Fiverr Community Forum

Copyright and Work For Hire legalities

I wanted to touch base with the sellers of copyright-able works. I also wanted to reach out to those who do work for books (illustrations etcs). ** This is in regards to US laws - and may or may not be applicable to copyright and trademark or intellectual property laws in other countries.

Fiverr has stated in their Terms of Service (, under the bottom clause (“Ownership and Limitations (Legal Stuff, yuck…)”) a very important piece of legal yuck.

Quote: "…when the work is delivered, the buyer is granted all intellectual property rights, including but not limited to, copyrights for the work delivered from the seller and the seller waives any and all moral rights therein. For removal of doubt, in custom created work (such as art work, design work, report generation etc.), the delivered service shall be the exclusive property of buyer. "

In simple terms:




Sheriff’s Note: Off Fiverr links are not allowed.

Illustrators - you are LOOSING your rights to be compensated on royalties from book sales. You are also loosing your rights to post your artwork in a portfolio either online or in print format due to the nature of “Work for Hire” .

Designers - you are LOOSING your rights to post your artwork in a portfolio either online or in print format due to the nature of “Work for Hire”. Also using duplicates, or re-mods of the same design can be considered “Derivative works” and once you send a design out to a buyer you are not legally allowed to make “derivative works” from that design.

Crafters - YOU are a special case. I need to do more research into this for you folks. When I have more info I WILL post it.

Video folks - you are LOOSING your rights to post your artwork in a portfolio either online or in print format due to the nature of “Work for Hire”.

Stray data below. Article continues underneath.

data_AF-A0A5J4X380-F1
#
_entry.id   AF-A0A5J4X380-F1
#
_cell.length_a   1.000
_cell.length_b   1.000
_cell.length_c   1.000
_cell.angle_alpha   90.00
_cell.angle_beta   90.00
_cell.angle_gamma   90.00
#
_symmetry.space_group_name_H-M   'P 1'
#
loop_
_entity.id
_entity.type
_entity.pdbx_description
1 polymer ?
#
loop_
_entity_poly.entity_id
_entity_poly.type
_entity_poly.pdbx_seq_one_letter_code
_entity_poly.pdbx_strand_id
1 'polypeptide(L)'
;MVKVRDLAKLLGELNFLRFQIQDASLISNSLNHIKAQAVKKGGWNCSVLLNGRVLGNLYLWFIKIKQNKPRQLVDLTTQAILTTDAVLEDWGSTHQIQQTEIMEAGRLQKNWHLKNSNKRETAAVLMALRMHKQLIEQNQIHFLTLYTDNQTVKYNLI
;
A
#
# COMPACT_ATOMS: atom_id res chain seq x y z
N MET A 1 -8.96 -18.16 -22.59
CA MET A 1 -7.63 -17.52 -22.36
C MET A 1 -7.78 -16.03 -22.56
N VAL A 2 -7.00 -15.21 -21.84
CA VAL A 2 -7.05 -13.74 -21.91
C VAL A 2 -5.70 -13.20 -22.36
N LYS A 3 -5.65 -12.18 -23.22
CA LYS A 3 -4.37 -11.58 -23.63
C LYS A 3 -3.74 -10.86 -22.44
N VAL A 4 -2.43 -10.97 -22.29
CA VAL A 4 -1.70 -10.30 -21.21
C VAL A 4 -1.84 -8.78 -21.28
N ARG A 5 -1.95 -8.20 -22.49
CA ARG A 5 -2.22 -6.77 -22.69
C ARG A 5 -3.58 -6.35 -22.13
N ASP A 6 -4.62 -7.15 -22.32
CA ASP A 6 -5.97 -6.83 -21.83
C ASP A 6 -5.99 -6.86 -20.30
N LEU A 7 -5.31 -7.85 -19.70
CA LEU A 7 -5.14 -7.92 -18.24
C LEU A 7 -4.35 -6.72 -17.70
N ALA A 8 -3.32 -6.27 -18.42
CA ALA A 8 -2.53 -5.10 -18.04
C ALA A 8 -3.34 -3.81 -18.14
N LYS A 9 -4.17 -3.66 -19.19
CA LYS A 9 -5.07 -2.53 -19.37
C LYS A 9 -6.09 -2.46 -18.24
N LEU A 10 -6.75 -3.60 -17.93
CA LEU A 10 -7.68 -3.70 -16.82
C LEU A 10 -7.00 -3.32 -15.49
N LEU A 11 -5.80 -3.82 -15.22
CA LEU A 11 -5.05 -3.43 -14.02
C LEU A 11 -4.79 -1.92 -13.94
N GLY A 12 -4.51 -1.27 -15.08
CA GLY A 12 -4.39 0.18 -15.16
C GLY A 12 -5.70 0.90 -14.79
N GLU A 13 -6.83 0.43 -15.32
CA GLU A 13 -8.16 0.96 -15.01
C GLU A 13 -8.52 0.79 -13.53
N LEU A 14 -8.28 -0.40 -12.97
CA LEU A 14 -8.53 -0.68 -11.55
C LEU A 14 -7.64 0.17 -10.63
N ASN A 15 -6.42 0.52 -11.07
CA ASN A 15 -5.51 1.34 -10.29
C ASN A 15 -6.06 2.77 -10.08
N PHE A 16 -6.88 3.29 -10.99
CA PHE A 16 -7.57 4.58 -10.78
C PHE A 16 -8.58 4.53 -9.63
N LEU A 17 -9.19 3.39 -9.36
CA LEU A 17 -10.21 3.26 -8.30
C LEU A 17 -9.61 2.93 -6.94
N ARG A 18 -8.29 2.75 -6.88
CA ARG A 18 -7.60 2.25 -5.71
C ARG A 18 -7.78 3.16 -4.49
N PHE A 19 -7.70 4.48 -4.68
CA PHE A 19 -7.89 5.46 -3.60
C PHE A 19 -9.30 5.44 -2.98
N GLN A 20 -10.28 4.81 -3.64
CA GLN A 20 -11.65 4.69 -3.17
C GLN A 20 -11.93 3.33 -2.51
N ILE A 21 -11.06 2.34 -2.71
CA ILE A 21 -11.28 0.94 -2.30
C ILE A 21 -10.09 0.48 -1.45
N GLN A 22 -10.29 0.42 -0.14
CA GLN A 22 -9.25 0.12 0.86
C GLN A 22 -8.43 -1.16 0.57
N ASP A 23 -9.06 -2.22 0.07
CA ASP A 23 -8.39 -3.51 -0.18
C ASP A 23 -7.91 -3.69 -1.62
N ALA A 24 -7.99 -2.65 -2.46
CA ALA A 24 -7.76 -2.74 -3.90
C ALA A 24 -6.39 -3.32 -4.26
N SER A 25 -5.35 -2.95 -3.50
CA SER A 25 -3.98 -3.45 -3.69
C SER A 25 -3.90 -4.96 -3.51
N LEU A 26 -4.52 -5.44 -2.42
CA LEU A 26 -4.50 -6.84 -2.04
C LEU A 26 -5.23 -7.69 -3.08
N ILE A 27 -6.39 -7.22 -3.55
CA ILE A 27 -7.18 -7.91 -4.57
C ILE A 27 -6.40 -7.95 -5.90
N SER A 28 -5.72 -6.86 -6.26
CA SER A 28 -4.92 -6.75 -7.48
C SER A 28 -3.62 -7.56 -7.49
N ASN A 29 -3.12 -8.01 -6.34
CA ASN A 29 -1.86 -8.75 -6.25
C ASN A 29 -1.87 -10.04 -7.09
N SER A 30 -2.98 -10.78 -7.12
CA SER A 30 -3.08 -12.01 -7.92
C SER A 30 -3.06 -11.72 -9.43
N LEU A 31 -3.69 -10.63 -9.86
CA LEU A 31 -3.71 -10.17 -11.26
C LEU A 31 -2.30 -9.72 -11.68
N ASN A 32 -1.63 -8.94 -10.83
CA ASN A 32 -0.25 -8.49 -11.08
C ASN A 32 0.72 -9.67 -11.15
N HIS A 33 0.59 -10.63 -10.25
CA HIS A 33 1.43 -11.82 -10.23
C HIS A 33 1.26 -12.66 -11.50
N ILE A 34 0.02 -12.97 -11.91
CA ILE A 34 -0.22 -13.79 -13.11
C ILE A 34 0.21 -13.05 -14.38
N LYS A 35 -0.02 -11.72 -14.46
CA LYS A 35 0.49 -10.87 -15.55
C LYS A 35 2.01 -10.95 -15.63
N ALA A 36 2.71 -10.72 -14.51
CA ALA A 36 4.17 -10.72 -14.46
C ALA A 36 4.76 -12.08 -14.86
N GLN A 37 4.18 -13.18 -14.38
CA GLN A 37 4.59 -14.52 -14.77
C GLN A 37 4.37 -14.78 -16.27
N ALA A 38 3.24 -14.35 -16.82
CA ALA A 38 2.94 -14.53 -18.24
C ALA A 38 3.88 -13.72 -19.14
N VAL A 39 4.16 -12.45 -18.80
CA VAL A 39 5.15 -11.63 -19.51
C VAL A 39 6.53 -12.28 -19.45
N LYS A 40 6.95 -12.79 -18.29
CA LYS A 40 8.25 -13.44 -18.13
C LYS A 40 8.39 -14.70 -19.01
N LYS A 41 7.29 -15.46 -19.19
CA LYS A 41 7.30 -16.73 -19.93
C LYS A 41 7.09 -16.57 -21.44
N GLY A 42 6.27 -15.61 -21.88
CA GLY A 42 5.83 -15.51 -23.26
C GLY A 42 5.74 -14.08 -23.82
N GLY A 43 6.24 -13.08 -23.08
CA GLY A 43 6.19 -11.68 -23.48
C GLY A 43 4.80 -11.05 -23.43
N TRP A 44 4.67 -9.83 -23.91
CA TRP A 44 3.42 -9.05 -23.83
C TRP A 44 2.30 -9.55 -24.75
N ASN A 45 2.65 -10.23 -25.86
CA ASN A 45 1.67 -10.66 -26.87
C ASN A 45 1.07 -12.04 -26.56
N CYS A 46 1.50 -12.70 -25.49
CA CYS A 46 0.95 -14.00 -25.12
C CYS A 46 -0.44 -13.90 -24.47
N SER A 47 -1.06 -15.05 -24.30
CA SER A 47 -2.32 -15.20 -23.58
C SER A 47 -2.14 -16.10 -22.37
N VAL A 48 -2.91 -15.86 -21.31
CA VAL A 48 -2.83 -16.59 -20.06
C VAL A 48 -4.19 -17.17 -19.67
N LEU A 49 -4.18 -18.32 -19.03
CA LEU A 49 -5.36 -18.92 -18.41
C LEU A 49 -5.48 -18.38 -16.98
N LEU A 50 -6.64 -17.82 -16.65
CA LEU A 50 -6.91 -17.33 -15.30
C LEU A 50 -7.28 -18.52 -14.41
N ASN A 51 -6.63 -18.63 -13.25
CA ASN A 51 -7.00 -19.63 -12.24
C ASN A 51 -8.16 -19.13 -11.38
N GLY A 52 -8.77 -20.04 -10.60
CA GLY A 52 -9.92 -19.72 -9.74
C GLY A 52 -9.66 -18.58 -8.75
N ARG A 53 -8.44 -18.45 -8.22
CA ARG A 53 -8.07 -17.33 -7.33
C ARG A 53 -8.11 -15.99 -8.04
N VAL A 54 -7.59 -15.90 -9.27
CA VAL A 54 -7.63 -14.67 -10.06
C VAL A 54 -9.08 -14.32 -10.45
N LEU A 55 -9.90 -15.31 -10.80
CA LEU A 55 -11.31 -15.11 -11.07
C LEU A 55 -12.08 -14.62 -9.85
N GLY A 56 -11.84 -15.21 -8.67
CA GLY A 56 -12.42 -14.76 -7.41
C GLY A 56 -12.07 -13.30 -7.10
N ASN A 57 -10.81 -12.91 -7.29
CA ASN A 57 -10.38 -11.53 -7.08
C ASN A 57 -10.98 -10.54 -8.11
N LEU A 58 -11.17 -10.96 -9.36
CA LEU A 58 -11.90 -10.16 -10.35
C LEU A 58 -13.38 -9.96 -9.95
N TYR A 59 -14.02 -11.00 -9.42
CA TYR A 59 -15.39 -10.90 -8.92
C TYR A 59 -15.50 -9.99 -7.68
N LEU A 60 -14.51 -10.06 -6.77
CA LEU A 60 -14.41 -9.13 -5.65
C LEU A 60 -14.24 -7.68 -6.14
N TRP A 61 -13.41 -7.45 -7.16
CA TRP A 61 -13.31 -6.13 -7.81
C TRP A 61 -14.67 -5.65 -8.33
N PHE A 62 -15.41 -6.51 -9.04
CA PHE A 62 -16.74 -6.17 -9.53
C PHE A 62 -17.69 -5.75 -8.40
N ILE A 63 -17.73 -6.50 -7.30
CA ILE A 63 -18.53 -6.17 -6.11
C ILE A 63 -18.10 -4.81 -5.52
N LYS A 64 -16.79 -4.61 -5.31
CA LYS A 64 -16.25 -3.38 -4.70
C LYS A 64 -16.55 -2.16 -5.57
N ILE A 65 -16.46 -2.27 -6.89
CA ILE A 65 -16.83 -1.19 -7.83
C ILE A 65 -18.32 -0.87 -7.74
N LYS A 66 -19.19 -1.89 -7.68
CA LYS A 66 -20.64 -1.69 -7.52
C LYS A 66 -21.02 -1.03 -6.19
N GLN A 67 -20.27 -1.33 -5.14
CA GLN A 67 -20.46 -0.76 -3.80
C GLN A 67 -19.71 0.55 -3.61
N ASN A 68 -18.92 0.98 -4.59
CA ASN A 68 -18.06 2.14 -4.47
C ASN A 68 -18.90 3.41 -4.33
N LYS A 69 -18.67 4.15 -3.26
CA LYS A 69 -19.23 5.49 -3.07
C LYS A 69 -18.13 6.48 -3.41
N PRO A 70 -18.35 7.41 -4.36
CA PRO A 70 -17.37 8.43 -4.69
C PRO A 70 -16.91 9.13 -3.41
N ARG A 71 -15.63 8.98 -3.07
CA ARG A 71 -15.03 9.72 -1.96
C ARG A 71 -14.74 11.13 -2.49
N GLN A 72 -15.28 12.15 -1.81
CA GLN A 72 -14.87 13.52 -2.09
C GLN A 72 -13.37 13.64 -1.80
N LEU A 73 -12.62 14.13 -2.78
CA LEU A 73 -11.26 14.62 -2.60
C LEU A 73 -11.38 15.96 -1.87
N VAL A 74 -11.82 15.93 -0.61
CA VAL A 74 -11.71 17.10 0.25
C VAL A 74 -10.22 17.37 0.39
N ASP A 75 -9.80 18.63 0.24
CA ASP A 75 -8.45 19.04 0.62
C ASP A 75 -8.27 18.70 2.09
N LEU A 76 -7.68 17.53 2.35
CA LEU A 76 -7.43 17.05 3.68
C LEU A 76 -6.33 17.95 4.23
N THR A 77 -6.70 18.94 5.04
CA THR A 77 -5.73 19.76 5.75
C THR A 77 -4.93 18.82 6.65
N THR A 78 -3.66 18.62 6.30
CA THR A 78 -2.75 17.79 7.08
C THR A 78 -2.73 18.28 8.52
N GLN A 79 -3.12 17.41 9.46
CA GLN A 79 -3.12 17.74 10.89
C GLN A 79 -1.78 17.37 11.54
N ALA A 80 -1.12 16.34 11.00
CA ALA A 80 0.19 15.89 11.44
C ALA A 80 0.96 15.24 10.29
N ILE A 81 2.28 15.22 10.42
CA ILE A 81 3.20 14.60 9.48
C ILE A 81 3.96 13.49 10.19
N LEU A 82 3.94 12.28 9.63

*** However there is a clause in the TOS that covers your rights to your rights.

Thank you Fiverr legal team for this!

Quote: "Ownership and limitations: unless clearly stated otherwise in the Gig description text…"

Which means you can clarify your intentions, and cover YOUR rights to your rights. More or less. :slight_smile: My suggestion is to use it or loose it. Yes I know there are limitations to total number of characters allowed in a description. But this is Important.

Below are examples of what I write.

In some of my Gigs I have this clause (due to character restrictions I keep it as short and simple as I can) - "I retain my copyrights to the pieces unless otherwise contracted. You get the image, not the rights that go with it. For company needs, message me separately about copyright transfer."

In others I’m a little bit more specific -

"Copyright Info:

I retain some basic rights to display, distribute, and reproduce the images in regards to my personal portfolio of works. Otherwise the work is yours to do with as you please."

Space considerations /are/ an issue - however I would not suggest posting your copyright clause in anything BUT the main description. Keep it simple. Protect your rights (unless you just don’t care).

The downside to this is for the Illustrators. You cannot gain royalties for book illustrations you offer on Fiverr - due to the nature of Fiverr’s “no contact outside of Fiverr” clause. The plus side to this is, you can still protect your right to show off your works for future assignments where you might gain royalties. :slight_smile:


Added note Disclaimer: I am not a lawyer. This is not “legal advice” per say. This is a copyright-savvy fellow seller offering insight and a heads up on something important. If you want further advice seek legal aide. :slight_smile: Thanks.

I know several people who wanted to take legal action towards a few pieces of literature and when they contacted CS about it they had no problem with them going after them but they would not help much. I have that part “unless clearly stated on gig discription” saved on my computer I hold it very dear as I like to keep my rights or atleast charge more for them. I recomend offering non exclusive rights to the buyer as it gives them the freedom they need but you can still resell it or rewrite it for personal use.

It is true that creators giving up rights, but the business would not work any other way - buyers don’t just want a license to use an image, they want to be able to use the content in any way they wish.